all the time. the double standard has to stop. frankly, the attack on the first amendment has to stop. stop and think about it. do you have a functioning first amendment when the cancel culture only allows one side to talk? when you can't even have a debate in this country, this great country, the greatest country ever? it needs to stop, because if it continues, if it continues, it won't just be republicans who get canceled, it won't just be the president of the united states. the cancel culture will come for us all. america is a great country. the greatest country ever. it seems to me that we need to think about how great the people of this nation really are, think about what we've accomplished in the past and begin to come together as leaders who represent so many great folks across our districts. think about this. think about this. in 1903, kitty hawk, north carolina, two guys fly this
thing they called a plane 100 feet. barely got off the ground. barely got off the ground. amazing thing. 44 years later, chuck yeager breaks the sound barrier. in 44 years we go from go guys flying a contraption they call a plane 100 feet to chuck yeager breaking the sound barrier. and 22 years after that, another american steps on the moon. think about it. in one lifetime, in 66 years, two guys flying 100 feet to putting a man on the moon. that's what this country is capable of. that's what we can do. and we as the congress who represent the people who did that should start leading, should start understanding what really has gone on here. so i hope, i hope we defeat this. i hope we can come together and recognize the greatness of the american people and focus on the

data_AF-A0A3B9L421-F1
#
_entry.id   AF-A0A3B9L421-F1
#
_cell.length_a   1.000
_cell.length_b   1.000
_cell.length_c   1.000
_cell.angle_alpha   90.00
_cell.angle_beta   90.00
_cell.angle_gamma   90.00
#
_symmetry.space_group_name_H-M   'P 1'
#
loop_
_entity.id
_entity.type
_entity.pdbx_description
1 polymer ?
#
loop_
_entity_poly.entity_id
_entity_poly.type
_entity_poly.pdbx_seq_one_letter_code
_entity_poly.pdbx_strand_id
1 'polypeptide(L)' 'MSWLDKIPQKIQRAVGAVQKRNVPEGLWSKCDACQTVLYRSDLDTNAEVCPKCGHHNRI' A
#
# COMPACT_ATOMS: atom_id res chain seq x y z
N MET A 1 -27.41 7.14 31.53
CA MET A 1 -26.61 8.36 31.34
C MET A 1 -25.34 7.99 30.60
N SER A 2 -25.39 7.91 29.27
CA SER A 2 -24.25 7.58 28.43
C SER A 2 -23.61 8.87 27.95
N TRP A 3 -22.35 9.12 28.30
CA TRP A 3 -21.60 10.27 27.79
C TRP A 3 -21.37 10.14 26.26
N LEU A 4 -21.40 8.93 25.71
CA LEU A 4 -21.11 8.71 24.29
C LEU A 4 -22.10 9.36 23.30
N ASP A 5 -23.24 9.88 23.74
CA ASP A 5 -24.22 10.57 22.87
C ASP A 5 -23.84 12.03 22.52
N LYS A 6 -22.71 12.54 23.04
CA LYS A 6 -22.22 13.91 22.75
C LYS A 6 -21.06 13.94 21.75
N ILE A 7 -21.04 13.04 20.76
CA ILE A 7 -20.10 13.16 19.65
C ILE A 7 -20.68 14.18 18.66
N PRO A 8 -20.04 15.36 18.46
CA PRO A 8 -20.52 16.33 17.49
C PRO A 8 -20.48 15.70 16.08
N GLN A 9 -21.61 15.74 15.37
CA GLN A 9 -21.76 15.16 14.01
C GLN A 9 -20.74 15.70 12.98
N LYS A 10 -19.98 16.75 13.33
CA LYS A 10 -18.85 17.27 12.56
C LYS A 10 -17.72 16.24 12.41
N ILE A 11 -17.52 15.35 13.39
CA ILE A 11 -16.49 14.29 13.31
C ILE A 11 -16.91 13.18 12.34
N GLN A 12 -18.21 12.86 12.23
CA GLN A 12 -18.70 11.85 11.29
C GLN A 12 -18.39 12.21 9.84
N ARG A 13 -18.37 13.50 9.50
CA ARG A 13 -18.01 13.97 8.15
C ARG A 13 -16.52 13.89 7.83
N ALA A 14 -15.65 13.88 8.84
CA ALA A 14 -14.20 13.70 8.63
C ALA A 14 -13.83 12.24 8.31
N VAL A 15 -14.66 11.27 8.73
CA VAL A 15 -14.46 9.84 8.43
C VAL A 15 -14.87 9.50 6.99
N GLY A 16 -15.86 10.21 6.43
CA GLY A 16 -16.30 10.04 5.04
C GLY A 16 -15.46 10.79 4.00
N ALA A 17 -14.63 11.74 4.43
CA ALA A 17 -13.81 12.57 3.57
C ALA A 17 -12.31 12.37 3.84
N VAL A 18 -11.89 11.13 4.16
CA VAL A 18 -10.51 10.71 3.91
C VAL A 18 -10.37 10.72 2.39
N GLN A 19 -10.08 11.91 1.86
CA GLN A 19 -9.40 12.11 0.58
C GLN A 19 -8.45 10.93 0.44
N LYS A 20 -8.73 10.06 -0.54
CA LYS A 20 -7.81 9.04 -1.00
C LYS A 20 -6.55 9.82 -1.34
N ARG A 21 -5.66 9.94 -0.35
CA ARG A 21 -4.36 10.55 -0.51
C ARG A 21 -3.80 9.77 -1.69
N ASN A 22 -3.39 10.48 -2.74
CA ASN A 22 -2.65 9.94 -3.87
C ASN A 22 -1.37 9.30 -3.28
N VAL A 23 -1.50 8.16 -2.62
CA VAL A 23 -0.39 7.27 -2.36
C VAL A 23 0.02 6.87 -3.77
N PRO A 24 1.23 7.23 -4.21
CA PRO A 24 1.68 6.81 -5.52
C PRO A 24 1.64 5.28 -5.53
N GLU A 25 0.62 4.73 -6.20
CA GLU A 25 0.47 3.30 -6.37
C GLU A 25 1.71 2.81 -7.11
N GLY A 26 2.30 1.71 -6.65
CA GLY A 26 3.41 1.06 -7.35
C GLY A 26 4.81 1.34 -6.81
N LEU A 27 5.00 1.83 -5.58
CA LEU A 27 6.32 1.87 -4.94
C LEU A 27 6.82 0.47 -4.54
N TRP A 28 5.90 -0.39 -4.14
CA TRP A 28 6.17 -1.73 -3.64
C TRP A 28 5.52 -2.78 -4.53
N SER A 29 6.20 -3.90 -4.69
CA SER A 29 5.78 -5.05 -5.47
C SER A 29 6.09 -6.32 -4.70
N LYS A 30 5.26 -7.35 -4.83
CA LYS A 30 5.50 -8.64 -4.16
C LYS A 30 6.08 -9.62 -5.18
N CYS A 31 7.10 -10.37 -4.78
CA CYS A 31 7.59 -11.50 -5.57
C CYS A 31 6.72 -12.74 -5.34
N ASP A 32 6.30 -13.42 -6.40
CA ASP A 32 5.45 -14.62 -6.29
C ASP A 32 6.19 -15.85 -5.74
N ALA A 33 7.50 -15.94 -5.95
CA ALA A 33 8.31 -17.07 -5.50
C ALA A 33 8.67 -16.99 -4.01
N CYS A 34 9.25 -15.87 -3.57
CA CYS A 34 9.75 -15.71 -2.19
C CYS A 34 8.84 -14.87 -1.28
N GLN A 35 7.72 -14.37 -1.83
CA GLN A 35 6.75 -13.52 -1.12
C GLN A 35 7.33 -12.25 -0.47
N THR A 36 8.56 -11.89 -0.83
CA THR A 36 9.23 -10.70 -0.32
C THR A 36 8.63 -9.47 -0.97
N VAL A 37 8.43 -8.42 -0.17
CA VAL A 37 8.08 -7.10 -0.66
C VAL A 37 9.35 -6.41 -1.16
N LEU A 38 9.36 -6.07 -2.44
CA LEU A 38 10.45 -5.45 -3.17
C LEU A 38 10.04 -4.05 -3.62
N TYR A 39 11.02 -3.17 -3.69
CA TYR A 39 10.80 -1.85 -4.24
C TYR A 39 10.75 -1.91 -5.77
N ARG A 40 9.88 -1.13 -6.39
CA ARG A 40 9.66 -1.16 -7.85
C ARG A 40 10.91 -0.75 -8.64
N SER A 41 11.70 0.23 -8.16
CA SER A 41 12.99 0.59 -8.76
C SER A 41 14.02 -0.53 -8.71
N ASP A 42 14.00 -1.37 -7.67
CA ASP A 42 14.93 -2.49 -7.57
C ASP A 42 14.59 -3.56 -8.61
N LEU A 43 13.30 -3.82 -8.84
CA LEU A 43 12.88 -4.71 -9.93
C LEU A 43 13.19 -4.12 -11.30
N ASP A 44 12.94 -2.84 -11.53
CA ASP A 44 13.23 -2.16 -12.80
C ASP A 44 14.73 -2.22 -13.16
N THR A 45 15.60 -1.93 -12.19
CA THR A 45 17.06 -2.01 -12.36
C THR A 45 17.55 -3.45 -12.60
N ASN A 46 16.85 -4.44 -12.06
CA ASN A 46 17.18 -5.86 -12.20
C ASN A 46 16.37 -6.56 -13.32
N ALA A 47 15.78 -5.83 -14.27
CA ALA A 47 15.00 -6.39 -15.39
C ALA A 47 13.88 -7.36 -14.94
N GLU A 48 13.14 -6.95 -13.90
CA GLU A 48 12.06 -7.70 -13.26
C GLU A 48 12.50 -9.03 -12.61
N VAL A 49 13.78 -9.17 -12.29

things they want us to focus on. i yield back. >> gentleman reserves. >> reserve. >> the gentleman from new york is recognized. >> madam speaker, i yield myself three minutes. >> the gentleman from new york the recognized for three minutes. >> madam speaker, we all saw it coming months in advance. president trump was baselessly and deliberately whipping his supporters into a frenzy. weeks before the riot, he used his bully pulpit to spread lies about the election. he told his supporters that the results were fraudulent. he implored them again and again to help him stay in power. and he convinced them that accepting the outcome of the election posed an existential threat to their families and their freedoms. we have a duty to observe, madam speaker, that racism played a direct role in this incitement. the president's violent rhetoric is always at it most fevered
pitch when he is talking about the civil rights and civic aspirations of black americans and other minority communities. on january 6th, at a rally that was large, angry, and widely reported to be armed, the president's lies and violent rhetoric reached their crescendo. at that rally, the president took the stage. after reiterating the falsehood that we won this election and we won it by a landslide, he told the crowd that if you don't fight like hell you're not going to have a country anymore. and then he urged the mob to walk down pennsylvania avenue to prevent the congress from confirming the election of an illegitimate president. on that day, president trump unleashed the force of a mob on this, the people's house. he encouraged that attack with the explicit intent to disrupt the joint session of congress, an attack that threatened the safety of the vice president, the speaker of the house, and